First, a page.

In American Overdose, Chris McGreal sets the framework for what would lead to arguably the biggest addiction crisis in America, founded on misguided policies, trust, corruption, booming profits and, of course, big pharma. Have other authors tackled this same topic? Sure; but not with the finesse and meticulousness of Chris McGreal. This book not only provides the “hows” and “whys” behind the crisis, it also provides up-close and personal glimpses into the lives of real people affected by pill mills, dishonorable doctors and a healthcare system off its tracks. Gripping, enthralling and informative. I rate this book a solid five stars.

  • Kyle

    A received an ARC of this book via NetGalley in exchange for my honest opinion.

    A fascinating read about how the opioid epidemic arose. Through meticulous research, McGreal is about to identify the various factors and individuals responsible for this epidemic. McGreal explores the epidemic from all angles, and presents perfect representation of each subject and how it contributed to the epidemic. Even those readers already well versed in this subject will gain a greater knowledge of the opioid e

    A received an ARC of this book via NetGalley in exchange for my honest opinion.

    A fascinating read about how the opioid epidemic arose. Through meticulous research, McGreal is about to identify the various factors and individuals responsible for this epidemic. McGreal explores the epidemic from all angles, and presents perfect representation of each subject and how it contributed to the epidemic. Even those readers already well versed in this subject will gain a greater knowledge of the opioid epidemic. Greed, corruption, hubris, ineptitude, denial, and deceit all contribute to the crisis we are facing today. Much of this crisis could have been avoided, or at a minimum, reduced, but now much of the damage has been done, and reversing these trends will not be an easy task. This is a must read for anyone with at least a passing interest in the opioid crisis in America wanting to gain a greater understanding of its inception.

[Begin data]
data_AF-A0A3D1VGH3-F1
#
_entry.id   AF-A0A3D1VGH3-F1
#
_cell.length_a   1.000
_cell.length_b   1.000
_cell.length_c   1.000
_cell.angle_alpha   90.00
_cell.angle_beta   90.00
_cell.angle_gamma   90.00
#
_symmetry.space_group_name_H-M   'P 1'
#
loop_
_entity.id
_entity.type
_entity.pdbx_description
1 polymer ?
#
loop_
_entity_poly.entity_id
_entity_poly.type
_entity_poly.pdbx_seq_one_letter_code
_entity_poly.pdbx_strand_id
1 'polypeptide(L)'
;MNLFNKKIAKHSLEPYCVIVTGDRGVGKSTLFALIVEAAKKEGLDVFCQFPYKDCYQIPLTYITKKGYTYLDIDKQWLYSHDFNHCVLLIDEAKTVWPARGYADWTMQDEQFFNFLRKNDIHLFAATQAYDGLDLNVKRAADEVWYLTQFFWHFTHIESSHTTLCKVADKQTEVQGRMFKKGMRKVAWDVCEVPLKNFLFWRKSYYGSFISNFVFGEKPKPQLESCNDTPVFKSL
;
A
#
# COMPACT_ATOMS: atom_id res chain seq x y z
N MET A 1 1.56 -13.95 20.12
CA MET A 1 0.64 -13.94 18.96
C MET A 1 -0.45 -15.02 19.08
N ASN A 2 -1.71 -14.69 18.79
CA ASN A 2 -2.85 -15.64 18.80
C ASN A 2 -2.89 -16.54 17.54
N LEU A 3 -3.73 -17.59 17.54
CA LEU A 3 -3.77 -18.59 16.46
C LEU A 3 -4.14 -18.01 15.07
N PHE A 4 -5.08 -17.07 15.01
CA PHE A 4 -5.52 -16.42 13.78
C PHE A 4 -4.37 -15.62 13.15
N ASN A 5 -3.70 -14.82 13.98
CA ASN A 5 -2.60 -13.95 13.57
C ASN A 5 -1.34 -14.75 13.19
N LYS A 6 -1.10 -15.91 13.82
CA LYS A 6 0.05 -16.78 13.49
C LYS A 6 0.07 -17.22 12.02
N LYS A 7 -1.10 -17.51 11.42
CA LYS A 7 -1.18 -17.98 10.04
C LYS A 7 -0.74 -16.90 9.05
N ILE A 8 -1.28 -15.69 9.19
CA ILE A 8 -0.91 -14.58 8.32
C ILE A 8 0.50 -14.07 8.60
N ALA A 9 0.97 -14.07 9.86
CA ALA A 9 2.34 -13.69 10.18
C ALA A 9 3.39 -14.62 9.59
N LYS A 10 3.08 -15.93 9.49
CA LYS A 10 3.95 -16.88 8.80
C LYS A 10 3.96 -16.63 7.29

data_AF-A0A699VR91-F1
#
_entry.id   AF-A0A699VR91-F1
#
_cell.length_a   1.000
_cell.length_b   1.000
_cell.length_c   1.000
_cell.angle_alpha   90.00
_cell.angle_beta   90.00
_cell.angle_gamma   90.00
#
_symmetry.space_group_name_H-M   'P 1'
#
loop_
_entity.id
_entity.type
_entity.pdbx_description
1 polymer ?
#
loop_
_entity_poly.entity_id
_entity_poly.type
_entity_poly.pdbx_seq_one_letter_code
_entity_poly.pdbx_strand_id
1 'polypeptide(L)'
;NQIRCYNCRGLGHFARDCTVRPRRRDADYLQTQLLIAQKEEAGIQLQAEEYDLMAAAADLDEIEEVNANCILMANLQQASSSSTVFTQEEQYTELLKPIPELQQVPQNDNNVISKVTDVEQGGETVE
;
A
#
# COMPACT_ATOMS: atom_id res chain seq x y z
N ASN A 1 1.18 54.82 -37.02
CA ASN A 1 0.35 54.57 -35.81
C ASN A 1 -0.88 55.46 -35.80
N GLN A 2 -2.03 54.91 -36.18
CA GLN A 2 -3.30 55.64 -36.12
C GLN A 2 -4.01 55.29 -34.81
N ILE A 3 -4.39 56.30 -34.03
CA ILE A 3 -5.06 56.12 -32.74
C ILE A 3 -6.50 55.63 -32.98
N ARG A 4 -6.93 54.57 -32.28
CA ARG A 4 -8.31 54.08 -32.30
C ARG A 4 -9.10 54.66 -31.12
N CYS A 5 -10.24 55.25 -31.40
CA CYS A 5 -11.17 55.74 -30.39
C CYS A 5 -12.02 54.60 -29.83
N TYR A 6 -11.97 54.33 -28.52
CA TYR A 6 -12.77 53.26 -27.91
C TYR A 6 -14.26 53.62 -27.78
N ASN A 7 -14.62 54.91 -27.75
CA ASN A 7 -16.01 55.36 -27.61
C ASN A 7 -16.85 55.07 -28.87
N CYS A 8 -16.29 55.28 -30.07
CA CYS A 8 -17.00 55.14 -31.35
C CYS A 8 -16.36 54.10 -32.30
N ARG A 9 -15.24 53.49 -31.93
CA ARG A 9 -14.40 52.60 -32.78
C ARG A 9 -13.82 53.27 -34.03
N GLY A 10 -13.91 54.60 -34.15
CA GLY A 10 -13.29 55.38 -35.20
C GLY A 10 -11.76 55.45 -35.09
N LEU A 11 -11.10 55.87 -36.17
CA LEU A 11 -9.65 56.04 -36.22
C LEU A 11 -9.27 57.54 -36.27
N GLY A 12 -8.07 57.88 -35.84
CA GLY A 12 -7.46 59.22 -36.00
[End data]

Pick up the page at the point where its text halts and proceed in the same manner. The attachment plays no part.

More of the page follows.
• Debra

    4.5 stars

    (In 2012) "Doctors write more than 250 million prescriptions for opioids, enough to provide a bottle to every adult in America. The United States consumes more than 80 percent of the world's prescription narcotics."

    - Scary, Scary statistic. That was 2012.

    ***Please note the information I received from the Author after writing my review. The below information concerns levels today. The new updated information will be included in the final proof of the book!:

    "Around 200 million-plus opi

    4.5 stars

    (In 2012) "Doctors write more than 250 million prescriptions for opioids, enough to provide a bottle to every adult in America. The United States consumes more than 80 percent of the world's prescription narcotics."

    - Scary, Scary statistic. That was 2012.

    ***Please note the information I received from the Author after writing my review. The below information concerns levels today. The new updated information will be included in the final proof of the book!:

    "Around 200 million-plus opioid prescriptions were written in 2016 in the US, which is about one for every adult, although many of those prescriptions will be for fewer tablets (three or five days instead of 10 or 14 days). Also, within that there are huge disparities by state, and within those states by town and city. But Americans still use opioid painkillers at four times the rate of the UK or France, and the CDC thinks levels remain way too high."

    This was a pretty scary book. The statistics were staggering. While reading this book, I highlighted huge sections as I was blown away with the information. The Author points out how "the opioid epidemic is the deadliest drug crisis in American history; it results in 90 American deaths a day and has eviscerated communities across the country."

    "The Crude calculation is that prescription pain pills have claimed more than a quarter of a million of American lives."

    This book is told in three acts which highlight how Opioid use and addiction came to be. In the first section, the book examines how healthcare in the U.S. is run like a business where pharmaceutical companies profit off the pain and suffering of patients, how the policies are not strict enough and the FDA was complicit in the matter. The second section of the book, addiction is addressed. In the third section of the book, drug cartels are examined and how they exploited the market for addiction.

    "For years, American doctors wrote more than a quarter-million opioid prescriptions. As Congressman Harold "Hal" Rogers put it, "That's enough painkillers to medicate every American adult around the clock for a month."

    The Author writes this book using staggering statistics but also shares stories ranging from addicts, doctors, family members and those in the pharmaceutical industry. Addiction has been around for a very long time. In the "1880's, more than half of those hooked on the drug (morphine) were middle and upper class white women." Cough syrups, especially those for children and teething syrups contained morphine, cannabis and alcohol. There were no regulations back then and people could use as much as they see fit.